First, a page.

(I originally posted these sermons back in 2009 when the readership of the blog was quite smaller. Time to do so again. The Anti-Christ would seem at first blush to be a theme for the end of the liturgical year which focuses on the end times and not during Advent. However, Christ came to bring us to salvation and the exact opposite goal is that of the Anti-Christ. Thinking about the Anti-Christ during Advent reminds us that the mission of Christ is ongoing and that at Advent we celebrate the beginning of that mission, not as a mere historical event that occurred two millennia ago, but an on-going reality.}
Prior to his conversion to Catholicism, Blessed John Henry Cardinal Newman preached in 1835 a series of Advent Sermons on the Anti-Christ. I have always found them extremely intriguing, and I am going to present them on each of the Sundays in Advent this year.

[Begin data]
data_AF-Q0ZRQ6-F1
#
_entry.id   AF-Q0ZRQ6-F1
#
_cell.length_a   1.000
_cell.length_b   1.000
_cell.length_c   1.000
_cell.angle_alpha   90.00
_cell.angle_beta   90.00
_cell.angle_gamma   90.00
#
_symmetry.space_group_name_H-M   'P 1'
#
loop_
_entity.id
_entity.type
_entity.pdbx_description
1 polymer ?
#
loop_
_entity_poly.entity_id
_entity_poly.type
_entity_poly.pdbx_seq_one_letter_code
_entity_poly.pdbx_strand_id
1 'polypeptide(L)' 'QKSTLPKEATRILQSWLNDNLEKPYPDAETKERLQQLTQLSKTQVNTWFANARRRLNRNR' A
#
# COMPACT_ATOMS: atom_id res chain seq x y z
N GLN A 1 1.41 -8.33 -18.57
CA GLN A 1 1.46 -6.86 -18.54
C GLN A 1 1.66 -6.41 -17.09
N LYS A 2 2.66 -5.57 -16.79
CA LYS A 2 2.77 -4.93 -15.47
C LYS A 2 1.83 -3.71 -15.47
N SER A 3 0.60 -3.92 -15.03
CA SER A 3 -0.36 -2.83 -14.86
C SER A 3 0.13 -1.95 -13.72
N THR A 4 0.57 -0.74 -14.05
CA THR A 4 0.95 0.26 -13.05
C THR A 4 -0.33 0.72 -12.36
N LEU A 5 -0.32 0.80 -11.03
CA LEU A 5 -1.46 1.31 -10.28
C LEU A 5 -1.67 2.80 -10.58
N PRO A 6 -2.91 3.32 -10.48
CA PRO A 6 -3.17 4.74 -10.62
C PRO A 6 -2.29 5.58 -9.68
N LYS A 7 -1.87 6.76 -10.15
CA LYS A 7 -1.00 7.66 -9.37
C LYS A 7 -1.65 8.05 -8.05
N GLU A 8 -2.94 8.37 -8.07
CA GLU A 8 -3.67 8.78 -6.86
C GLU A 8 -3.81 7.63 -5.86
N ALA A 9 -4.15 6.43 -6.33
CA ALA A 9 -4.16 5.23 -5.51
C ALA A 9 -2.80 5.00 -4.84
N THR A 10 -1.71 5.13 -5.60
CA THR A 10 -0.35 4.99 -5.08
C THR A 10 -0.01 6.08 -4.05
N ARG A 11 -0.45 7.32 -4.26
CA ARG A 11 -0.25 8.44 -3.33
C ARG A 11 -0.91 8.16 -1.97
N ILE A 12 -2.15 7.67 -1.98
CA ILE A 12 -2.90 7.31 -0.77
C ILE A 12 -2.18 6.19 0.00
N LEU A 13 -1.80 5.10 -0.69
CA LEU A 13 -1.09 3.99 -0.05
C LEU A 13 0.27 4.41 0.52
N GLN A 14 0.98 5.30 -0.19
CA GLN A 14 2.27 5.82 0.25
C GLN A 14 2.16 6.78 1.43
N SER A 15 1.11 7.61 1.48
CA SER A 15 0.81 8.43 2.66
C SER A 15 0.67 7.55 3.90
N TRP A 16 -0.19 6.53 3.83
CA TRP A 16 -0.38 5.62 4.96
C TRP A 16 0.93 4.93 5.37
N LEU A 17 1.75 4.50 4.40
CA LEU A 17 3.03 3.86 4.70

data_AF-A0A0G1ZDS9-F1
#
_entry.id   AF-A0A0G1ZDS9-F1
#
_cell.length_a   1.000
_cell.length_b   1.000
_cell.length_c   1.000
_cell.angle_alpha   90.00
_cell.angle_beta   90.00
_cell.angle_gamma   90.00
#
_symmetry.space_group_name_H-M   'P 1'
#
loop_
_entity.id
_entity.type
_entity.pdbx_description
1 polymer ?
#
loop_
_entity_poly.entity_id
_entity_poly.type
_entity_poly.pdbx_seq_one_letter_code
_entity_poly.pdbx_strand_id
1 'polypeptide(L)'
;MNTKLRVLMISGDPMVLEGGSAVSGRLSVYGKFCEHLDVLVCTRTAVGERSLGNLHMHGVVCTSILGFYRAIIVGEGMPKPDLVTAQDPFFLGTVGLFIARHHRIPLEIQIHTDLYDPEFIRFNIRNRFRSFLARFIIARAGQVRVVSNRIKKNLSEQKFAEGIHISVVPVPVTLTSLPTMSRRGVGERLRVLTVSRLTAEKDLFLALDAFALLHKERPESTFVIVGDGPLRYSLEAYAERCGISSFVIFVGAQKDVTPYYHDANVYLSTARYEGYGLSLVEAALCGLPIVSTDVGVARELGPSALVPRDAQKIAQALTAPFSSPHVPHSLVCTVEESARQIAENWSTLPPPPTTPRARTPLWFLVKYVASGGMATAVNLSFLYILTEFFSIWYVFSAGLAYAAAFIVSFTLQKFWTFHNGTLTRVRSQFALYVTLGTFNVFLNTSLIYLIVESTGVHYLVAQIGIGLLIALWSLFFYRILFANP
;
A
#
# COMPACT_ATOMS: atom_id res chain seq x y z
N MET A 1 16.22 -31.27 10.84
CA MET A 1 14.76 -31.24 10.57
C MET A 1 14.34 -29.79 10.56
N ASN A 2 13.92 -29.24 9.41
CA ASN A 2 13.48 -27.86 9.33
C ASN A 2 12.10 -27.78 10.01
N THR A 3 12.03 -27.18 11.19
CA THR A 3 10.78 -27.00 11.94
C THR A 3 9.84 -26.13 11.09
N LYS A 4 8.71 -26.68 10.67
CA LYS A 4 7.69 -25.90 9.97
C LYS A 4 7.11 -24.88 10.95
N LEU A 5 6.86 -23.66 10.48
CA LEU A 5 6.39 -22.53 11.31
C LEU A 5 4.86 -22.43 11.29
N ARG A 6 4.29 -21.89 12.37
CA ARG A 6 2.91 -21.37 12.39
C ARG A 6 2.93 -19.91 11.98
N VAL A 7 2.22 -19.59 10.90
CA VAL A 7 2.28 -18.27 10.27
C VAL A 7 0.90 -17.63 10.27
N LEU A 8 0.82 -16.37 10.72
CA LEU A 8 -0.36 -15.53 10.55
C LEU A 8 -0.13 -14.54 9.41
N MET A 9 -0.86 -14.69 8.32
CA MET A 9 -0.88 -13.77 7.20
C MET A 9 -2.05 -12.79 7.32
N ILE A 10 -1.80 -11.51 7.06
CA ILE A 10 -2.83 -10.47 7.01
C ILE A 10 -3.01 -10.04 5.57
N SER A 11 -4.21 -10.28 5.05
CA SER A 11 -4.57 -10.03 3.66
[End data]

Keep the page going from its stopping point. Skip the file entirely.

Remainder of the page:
In this first sermon Newman gives us an overview of the Anti-Christ and the time of his appearance. We see in this sermon Newman’s total command of history and how he uses this knowledge to draw out the implications of the few mentions of the Anti-Christ in Scripture. Newman intellectually was always first and foremost a historian of the highest order and he puts this talent to good and instructive use in this sermon. When Newman converted the Church gained one of the finest intellects of the Nineteenth Century or any century for that matter. Much of Newman’s work concerned the working out of God’s plan for salvation through human history, and his examination of the Anti-Christ places that mysterious part of revelation into that plan. Continue reading